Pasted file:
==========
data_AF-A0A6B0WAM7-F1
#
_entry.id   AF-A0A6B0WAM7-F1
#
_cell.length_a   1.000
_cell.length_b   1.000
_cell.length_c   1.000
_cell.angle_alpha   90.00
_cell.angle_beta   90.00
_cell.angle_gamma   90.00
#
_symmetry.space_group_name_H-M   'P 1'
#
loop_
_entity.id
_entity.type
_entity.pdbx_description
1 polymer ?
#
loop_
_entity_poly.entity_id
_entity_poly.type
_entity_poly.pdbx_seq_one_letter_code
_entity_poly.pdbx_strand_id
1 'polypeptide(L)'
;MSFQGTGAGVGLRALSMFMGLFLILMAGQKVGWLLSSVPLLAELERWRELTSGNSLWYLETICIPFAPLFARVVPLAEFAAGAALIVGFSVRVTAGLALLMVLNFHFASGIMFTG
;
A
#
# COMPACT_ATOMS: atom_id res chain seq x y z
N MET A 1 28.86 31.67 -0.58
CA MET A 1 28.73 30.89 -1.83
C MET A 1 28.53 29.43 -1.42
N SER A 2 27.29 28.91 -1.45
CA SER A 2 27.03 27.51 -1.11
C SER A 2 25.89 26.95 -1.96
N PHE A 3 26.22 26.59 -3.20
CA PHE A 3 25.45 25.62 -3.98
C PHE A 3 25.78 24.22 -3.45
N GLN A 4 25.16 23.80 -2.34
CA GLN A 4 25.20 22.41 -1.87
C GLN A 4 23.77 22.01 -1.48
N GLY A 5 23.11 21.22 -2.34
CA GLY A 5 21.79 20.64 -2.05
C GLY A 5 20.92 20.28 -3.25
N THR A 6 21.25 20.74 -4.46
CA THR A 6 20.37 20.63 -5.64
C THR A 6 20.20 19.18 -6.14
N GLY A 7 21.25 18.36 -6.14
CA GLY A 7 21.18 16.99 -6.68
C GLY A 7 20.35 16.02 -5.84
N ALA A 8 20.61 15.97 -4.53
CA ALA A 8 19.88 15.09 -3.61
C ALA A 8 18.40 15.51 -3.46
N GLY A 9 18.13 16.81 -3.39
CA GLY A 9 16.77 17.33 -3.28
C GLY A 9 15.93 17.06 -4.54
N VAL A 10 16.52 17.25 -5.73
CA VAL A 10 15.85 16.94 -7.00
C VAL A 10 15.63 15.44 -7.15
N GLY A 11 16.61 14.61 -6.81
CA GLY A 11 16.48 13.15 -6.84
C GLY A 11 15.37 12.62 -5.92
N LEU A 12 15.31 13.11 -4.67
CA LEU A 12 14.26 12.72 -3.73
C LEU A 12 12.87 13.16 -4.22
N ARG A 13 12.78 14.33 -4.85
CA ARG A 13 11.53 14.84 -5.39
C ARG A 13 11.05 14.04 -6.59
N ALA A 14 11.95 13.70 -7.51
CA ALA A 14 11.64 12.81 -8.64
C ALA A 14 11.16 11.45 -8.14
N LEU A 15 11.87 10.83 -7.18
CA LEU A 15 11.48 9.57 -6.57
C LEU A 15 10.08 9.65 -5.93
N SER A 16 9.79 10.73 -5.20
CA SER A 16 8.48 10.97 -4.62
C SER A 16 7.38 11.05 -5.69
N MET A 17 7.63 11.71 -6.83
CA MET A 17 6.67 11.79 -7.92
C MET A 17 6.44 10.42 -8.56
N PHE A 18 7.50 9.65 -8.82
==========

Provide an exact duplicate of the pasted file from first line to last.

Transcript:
data_AF-A0A6B0WAM7-F1
#
_entry.id   AF-A0A6B0WAM7-F1
#
_cell.length_a   1.000
_cell.length_b   1.000
_cell.length_c   1.000
_cell.angle_alpha   90.00
_cell.angle_beta   90.00
_cell.angle_gamma   90.00
#
_symmetry.space_group_name_H-M   'P 1'
#
loop_
_entity.id
_entity.type
_entity.pdbx_description
1 polymer ?
#
loop_
_entity_poly.entity_id
_entity_poly.type
_entity_poly.pdbx_seq_one_letter_code
_entity_poly.pdbx_strand_id
1 'polypeptide(L)'
;MSFQGTGAGVGLRALSMFMGLFLILMAGQKVGWLLSSVPLLAELERWRELTSGNSLWYLETICIPFAPLFARVVPLAEFAAGAALIVGFSVRVTAGLALLMVLNFHFASGIMFTG
;
A
#
# COMPACT_ATOMS: atom_id res chain seq x y z
N MET A 1 28.86 31.67 -0.58
CA MET A 1 28.73 30.89 -1.83
C MET A 1 28.53 29.43 -1.42
N SER A 2 27.29 28.91 -1.45
CA SER A 2 27.03 27.51 -1.11
C SER A 2 25.89 26.95 -1.96
N PHE A 3 26.22 26.59 -3.20
CA PHE A 3 25.45 25.62 -3.98
C PHE A 3 25.78 24.22 -3.45
N GLN A 4 25.16 23.80 -2.34
CA GLN A 4 25.20 22.41 -1.87
C GLN A 4 23.77 22.01 -1.48
N GLY A 5 23.11 21.22 -2.34
CA GLY A 5 21.79 20.64 -2.05
C GLY A 5 20.92 20.28 -3.25
N THR A 6 21.25 20.74 -4.46
CA THR A 6 20.37 20.63 -5.64
C THR A 6 20.20 19.18 -6.14
N GLY A 7 21.25 18.36 -6.14
CA GLY A 7 21.18 16.99 -6.68
C GLY A 7 20.35 16.02 -5.84
N ALA A 8 20.61 15.97 -4.53
CA ALA A 8 19.88 15.09 -3.61
C ALA A 8 18.40 15.51 -3.46
N GLY A 9 18.13 16.81 -3.39
CA GLY A 9 16.77 17.33 -3.28
C GLY A 9 15.93 17.06 -4.54
N VAL A 10 16.52 17.25 -5.73
CA VAL A 10 15.85 16.94 -7.00
C VAL A 10 15.63 15.44 -7.15
N GLY A 11 16.61 14.61 -6.81
CA GLY A 11 16.48 13.15 -6.84
C GLY A 11 15.37 12.62 -5.92
N LEU A 12 15.31 13.11 -4.67
CA LEU A 12 14.26 12.72 -3.73
C LEU A 12 12.87 13.16 -4.22
N ARG A 13 12.78 14.33 -4.85
CA ARG A 13 11.53 14.84 -5.39
C ARG A 13 11.05 14.04 -6.59
N ALA A 14 11.95 13.70 -7.51
CA ALA A 14 11.64 12.81 -8.64
C ALA A 14 11.16 11.45 -8.14
N LEU A 15 11.87 10.83 -7.18
CA LEU A 15 11.48 9.57 -6.57
C LEU A 15 10.08 9.65 -5.93
N SER A 16 9.79 10.73 -5.20
CA SER A 16 8.48 10.97 -4.62
C SER A 16 7.38 11.05 -5.69
N MET A 17 7.63 11.71 -6.83
CA MET A 17 6.67 11.79 -7.92
C MET A 17 6.44 10.42 -8.56
N PHE A 18 7.50 9.65 -8.82